In this Twitter, Pinterest, Snapchat world, who needs words, right? Well, we all do. But only if they are readable. Enter bullet points.
Why bullet points? Like it or not, they keep people reading your blog posts, pages, articles, and copy like nothing else …
In the online attention economy, studies show us that readers behave in very predictable ways.
They’ll read the headline, the first sentence, they’ll scan the page, particularly the left hand side of the page, looking at the sub headlines and slowing down at the bullets.
But they’ll fly by those bullets if you fail to craft them in a certain way …
In this roughly ten-minute episode you’ll discover:
- The two-part essence of a great bullet point
- The proper way to think about bullet points (this will keep you from wasting time)
- The mistake amateur bullet writers make when it comes to teasing
- If and when it’s okay to have a bullet longer than one sentence
- A sublime example of bullet points that work
Listen to Rough Draft below ...
The Show Notes
- 8 Quick Tips for Writing Bullet Points People Actually Want to Read
- How to Write Exquisite Subheads
- Show note
This episode is brought to you by StudioPress Sites.
The Beginner’s Guide to Writing Bullet Points That Work
Voiceover: This is Rainmaker.FM, a digital marketing podcast network. It’s built on the Rainmaker Platform, which empowers you to build your own digital marketing and sales platform. Start your free 14-day trial at RainmakerPlatform.com.
Demian Farnworth: Hey gang, this is Demian Farnworth, Chief Content Writer for Copyblogger Media. And you are listening to Rough Draft, your daily dose of essential web writing advice.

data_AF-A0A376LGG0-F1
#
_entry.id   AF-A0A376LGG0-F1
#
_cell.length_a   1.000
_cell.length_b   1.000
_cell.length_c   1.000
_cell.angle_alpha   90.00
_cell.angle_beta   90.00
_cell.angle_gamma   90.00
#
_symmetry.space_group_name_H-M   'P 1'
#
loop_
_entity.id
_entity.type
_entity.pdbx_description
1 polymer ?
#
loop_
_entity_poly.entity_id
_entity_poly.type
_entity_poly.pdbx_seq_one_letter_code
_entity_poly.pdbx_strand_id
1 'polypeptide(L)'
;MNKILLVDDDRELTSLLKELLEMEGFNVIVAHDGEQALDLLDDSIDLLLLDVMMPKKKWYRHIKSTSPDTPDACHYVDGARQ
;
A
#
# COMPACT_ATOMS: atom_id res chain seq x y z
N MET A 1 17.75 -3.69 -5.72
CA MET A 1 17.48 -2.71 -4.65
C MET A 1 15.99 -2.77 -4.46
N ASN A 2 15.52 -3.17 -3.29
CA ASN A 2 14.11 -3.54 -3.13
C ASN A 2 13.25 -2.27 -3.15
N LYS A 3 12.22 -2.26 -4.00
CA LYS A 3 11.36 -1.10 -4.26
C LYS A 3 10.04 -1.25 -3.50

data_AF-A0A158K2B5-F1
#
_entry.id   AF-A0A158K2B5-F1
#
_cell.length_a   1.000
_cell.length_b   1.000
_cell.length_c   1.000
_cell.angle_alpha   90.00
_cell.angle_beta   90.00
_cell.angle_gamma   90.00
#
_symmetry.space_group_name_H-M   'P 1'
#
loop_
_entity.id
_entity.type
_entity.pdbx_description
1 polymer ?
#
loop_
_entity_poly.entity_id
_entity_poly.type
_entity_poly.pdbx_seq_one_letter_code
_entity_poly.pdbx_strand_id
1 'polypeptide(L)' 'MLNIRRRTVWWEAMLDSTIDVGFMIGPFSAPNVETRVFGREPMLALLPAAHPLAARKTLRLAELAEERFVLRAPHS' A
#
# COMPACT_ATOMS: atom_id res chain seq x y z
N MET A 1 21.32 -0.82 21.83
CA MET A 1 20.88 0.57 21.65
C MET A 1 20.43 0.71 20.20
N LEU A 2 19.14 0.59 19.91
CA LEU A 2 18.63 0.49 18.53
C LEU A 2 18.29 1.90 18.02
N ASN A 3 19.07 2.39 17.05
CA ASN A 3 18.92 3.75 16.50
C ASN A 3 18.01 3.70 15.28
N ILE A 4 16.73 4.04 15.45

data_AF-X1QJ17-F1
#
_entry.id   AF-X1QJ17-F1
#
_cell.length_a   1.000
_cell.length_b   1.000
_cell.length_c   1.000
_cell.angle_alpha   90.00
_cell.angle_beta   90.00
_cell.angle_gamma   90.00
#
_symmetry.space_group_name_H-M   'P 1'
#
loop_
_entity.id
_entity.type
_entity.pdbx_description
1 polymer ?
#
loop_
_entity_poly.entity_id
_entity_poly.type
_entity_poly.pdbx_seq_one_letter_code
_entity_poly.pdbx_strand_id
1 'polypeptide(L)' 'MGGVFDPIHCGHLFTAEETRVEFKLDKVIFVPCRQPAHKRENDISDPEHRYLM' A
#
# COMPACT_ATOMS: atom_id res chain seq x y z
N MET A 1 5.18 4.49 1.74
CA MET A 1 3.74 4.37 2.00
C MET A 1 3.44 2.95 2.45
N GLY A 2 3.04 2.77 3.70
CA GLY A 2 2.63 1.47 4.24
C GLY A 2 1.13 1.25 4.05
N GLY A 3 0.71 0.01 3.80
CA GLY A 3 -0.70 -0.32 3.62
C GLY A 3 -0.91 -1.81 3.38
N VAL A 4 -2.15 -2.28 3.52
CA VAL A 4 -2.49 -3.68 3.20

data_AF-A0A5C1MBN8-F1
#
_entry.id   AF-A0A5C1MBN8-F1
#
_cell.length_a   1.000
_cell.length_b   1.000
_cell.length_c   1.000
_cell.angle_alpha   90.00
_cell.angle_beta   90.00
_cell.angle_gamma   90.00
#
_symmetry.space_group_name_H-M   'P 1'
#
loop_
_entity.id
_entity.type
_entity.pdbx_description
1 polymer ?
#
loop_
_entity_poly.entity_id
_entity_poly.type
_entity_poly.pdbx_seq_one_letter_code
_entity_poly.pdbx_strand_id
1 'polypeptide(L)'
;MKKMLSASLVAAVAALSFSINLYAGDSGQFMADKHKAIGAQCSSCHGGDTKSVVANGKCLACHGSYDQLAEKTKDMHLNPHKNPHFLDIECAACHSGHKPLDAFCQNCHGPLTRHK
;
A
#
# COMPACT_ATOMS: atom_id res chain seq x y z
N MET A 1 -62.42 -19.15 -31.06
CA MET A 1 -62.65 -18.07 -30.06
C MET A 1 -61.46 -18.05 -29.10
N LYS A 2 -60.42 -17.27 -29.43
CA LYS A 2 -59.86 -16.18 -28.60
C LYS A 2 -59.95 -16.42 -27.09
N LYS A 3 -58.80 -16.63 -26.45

And thank you for sharing the next few minutes of your life with me.
Bullets. Bullets. Bullets. Bullets. Bullets. That’s what this episode is all about. Not the kind of bullets that can kill, mind you. Remember: I’m a lover. Not a fighter.
Well … never mind.
No. We are talking about the kind of bullets that stop scanners in their tracks. That draws their attention. Slows down those hot little synapses that are itching for more tweets, and six second videos, and just one more polka rain art print on Pinterest, please.
Who needs them in a Pinterest/Instagram/YouTube world.
We do. We need them so we can learn. And bullets, that formatting technique, is just one more trick in our toolbox along with headlines, and subheadlines and images, which we’ll talk more about in the next episode.
But first, let me remind you that this episode of Rough Draft is brought to you by Authority Rainmaker … our live conference we are hosting this May 13-15 with a star-studded cast of speakers bringing you some of the best ideas on content marketing and driving traffic and smart design, and conversion…
You can learn more about this event and the line up of speakers at rainmaker.fm/event. That’s rainmaker.fm/event.
Now, on to the show.
The Two-Part Essence of a Great Bullet Point
The essence of a great bullet is brevity plus promise. A long bullet would defeat the purpose. Keep it to one sentence. Less than ten words if you can. Give your reader within a glance a meaningful benefit.